by M. Faust
When we first met Xavier Rousseau (Romain Duris) 12 years ago in L’Auberge Espagnole (you may have caught it as The Spanish Apartment) he was a graduate student in an overcrowded Barcelona apartment. His roommates were other participants in a cross-European cultural fertilization program, and watching the expansion of Xavier’s worldview made for an engaging comedy as well as an international hit.
In the 2005 sequel Russian Dolls, Xavier was 30 and dealing with the difficulties of getting your dreams out of the realities life throws in your way. Now writer-director Cédric Klapisch has brought him back for a third go round as he approaches the age of 40. I won’t use the word “trilogy,” not least because there’s no reason why we can’t keep visiting with Xavier into the future; Francois Truffaut’s six films about Antoine Doinel, to which Klapisch’s series is regularly compared, probably only ended because Truffaut died.
You’ll get a bit more out of Chinese Puzzle if you’ve seen the previous films, but it’s not necessary. Xavier has published two novels and is working on his third. His relationship with Wendy (Kelly Reilly) ends and she takes their two children to Manhattan. Unwilling to be cut out of his kids’ lives Xavier follows and finds himself in a melting pot every bit as variegated as that Barcelona apartment.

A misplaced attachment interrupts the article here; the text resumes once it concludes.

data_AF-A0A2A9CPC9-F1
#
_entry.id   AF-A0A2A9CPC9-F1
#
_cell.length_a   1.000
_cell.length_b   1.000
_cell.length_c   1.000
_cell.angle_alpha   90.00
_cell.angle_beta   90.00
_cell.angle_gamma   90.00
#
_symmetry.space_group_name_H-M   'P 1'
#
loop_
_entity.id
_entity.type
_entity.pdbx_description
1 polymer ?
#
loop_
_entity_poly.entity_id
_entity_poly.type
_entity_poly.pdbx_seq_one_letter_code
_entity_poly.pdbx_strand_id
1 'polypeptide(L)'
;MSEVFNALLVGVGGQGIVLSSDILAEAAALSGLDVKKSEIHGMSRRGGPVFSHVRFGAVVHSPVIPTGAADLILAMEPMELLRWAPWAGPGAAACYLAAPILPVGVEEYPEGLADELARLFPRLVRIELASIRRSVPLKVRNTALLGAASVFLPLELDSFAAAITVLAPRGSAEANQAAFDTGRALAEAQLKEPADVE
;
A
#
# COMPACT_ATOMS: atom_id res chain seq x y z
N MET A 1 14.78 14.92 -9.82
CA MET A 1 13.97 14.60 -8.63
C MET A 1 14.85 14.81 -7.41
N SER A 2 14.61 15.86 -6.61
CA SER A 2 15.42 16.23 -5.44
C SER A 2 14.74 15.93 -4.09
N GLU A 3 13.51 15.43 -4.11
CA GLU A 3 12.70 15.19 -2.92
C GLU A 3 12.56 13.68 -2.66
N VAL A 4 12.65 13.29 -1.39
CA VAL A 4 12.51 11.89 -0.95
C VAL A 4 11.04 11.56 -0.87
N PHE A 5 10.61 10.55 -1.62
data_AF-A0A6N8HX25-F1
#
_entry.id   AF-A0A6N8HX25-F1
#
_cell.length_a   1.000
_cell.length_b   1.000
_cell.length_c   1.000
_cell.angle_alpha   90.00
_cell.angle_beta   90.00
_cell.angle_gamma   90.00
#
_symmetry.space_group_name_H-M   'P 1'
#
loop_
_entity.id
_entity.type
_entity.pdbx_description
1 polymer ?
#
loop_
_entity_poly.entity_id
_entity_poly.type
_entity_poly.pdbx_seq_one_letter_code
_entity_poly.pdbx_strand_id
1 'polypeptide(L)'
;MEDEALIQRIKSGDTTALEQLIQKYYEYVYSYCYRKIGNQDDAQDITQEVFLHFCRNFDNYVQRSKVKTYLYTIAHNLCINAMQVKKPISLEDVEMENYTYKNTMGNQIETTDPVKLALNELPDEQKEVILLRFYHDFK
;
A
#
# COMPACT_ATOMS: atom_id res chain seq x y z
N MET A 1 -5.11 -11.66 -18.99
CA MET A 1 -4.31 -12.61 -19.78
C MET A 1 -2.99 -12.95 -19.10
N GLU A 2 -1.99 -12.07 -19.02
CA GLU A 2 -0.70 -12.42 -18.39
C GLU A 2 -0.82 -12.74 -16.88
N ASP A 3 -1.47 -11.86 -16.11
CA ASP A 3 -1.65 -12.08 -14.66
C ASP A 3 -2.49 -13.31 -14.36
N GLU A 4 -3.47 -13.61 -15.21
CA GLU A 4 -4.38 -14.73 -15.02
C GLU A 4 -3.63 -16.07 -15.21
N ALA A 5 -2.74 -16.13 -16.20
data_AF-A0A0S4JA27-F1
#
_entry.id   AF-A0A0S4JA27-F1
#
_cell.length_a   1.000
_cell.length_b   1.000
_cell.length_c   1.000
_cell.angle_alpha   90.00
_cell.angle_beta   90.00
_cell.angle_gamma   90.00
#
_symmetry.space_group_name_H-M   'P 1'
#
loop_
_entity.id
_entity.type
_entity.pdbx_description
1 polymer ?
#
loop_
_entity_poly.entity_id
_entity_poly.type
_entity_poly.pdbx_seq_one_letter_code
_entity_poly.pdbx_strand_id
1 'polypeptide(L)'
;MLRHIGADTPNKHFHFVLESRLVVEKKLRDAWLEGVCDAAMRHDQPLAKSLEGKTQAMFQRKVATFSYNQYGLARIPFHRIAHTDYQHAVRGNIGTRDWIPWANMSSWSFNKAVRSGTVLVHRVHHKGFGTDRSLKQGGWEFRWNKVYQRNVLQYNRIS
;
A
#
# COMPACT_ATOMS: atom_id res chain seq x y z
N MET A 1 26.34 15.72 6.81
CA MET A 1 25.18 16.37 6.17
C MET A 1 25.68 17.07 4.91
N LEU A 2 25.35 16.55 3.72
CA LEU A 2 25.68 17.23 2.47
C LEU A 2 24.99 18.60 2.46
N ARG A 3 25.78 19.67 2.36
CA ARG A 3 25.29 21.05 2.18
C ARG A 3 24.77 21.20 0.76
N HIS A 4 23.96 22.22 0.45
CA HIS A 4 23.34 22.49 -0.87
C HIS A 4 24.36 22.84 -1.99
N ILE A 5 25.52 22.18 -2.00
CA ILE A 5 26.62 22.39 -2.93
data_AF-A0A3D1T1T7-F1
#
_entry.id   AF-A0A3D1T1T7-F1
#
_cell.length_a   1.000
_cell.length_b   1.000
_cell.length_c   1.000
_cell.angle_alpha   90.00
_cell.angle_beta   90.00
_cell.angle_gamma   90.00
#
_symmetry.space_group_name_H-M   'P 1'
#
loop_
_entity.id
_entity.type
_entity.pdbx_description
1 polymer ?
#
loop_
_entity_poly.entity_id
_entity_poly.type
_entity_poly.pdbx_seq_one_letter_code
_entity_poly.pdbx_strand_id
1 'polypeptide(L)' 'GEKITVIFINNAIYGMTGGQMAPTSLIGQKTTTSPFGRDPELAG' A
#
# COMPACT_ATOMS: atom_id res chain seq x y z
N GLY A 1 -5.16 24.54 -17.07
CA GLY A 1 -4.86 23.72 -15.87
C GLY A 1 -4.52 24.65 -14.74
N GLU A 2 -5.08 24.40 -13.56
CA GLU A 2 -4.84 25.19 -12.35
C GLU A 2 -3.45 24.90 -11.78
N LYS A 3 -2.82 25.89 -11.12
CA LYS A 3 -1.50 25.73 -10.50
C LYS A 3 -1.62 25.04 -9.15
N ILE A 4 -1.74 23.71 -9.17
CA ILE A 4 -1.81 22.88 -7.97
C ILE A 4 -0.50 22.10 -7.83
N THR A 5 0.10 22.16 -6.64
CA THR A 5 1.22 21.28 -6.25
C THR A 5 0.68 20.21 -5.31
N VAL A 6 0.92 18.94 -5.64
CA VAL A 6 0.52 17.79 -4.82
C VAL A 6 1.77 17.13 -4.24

Xavier’s novel in progress is about complexity of life and his struggles to get from point A directly to point B, so Manhattan is just the right place for him. (A key incident in the film occurs in a cab that has made the mistake of turning onto West 11th, the street that seems to have been designed with the purpose of mocking the city’s otherwise orderly grid.) If life was getting too settled for him in Paris, it now presents all kinds of new challenges, from making himself clearly understood in a language he does not speak “impeccably” to finding an apartment suitable for children, getting a job, acquiring legal status, etc.
But Klapisch is too cheerful a filmmaker to make any of these chores too burdensome. As in all of his films, back to When the Cat’s Away, he delights in exploring urban terrain; Chinese Puzzle may be overlong for his travelogue footage of Manhattan and Brooklyn street scenes, but he has a good eye for city life. Some of the characters Xavier encounters may border on stereotypes, but they’re never mean spirited and anyway aren’t around long enough to grate. It’s lightweight stuff, but graceful and sparkling, certainly an improvement over Russian Dolls.
Watch the trailer for Chinese Puzzle
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